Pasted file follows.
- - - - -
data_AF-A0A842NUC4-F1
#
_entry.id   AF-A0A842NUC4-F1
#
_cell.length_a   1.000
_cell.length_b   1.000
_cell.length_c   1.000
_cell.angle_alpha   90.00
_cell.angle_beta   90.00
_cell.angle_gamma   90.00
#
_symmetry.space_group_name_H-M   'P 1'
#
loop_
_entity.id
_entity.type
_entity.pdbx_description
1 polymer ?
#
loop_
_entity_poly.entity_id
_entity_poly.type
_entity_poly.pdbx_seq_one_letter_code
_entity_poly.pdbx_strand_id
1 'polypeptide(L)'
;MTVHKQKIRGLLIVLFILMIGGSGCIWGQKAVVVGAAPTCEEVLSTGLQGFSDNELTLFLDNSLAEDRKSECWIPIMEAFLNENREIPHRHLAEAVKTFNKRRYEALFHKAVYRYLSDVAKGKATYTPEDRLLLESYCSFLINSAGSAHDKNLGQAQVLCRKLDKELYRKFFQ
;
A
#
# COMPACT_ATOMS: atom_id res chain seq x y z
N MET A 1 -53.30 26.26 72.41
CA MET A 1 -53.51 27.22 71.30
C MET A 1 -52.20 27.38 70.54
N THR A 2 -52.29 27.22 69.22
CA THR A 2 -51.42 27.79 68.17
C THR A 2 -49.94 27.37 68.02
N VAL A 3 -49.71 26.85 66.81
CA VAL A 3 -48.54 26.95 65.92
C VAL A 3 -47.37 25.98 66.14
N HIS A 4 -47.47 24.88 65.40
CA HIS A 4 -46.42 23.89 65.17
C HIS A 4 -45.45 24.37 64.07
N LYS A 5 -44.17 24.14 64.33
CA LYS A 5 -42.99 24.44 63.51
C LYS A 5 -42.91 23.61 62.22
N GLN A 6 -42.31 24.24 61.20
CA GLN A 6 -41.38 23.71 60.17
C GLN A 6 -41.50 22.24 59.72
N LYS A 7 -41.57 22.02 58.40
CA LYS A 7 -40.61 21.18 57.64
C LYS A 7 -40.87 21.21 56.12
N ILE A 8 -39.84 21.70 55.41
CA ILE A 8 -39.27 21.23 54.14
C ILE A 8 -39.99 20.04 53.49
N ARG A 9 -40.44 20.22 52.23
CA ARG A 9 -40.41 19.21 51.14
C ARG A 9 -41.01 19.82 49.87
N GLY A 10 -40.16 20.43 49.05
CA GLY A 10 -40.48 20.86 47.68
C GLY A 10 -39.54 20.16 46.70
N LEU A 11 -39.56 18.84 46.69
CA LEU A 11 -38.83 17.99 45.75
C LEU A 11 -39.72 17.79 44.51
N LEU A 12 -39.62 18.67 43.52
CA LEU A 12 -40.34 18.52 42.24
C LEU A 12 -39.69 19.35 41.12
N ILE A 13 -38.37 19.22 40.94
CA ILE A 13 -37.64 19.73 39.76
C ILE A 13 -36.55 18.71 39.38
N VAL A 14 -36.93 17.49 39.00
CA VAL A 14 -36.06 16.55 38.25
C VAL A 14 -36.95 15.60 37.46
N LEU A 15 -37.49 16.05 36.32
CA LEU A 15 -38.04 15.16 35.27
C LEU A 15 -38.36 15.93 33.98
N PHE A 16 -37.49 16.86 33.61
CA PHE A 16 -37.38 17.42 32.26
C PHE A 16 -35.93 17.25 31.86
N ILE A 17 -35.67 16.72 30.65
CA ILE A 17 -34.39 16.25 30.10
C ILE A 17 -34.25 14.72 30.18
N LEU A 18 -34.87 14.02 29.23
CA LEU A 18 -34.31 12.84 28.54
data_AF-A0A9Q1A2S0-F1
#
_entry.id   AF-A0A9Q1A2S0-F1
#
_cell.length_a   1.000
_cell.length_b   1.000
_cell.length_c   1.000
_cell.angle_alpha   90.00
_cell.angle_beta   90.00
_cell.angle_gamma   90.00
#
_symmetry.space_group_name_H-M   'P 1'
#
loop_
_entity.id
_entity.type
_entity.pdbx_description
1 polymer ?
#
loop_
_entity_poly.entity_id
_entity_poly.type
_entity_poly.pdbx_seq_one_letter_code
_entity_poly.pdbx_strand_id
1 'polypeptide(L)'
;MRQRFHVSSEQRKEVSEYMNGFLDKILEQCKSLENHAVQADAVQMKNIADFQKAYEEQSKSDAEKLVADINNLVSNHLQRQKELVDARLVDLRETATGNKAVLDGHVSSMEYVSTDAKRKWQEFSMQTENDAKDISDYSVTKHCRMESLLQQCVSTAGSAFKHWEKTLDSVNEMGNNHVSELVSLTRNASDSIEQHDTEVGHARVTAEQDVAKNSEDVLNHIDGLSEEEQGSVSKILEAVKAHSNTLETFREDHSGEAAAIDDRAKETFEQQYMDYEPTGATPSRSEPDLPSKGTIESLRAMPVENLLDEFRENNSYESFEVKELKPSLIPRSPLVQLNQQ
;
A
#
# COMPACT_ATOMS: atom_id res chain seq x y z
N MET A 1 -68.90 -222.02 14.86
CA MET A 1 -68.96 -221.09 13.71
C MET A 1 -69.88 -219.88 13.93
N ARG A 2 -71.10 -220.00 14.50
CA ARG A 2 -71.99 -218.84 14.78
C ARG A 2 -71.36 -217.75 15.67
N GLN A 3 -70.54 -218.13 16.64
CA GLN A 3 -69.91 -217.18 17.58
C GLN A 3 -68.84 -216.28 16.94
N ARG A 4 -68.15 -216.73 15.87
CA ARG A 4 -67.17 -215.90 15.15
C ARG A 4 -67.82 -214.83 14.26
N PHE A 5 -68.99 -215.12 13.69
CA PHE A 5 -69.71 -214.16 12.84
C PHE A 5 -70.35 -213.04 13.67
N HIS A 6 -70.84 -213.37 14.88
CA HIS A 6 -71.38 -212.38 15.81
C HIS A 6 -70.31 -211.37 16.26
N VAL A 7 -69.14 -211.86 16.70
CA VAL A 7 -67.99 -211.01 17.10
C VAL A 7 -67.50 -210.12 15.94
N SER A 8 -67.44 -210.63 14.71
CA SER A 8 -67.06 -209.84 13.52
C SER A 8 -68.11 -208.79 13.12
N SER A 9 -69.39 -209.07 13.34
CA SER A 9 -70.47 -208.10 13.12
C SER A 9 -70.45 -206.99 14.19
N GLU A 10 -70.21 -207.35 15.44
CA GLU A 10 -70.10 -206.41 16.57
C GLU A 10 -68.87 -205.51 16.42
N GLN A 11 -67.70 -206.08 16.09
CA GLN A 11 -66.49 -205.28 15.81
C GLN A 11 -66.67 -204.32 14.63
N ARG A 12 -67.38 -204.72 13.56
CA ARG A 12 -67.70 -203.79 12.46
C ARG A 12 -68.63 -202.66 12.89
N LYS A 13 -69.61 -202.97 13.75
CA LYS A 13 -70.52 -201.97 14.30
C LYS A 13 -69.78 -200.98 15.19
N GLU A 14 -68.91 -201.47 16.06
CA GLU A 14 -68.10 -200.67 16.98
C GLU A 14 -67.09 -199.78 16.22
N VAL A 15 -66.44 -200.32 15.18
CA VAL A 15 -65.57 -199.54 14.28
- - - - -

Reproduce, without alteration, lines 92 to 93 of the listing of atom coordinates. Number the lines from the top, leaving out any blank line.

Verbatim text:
_cell.angle_beta   90.00
_cell.angle_gamma   90.00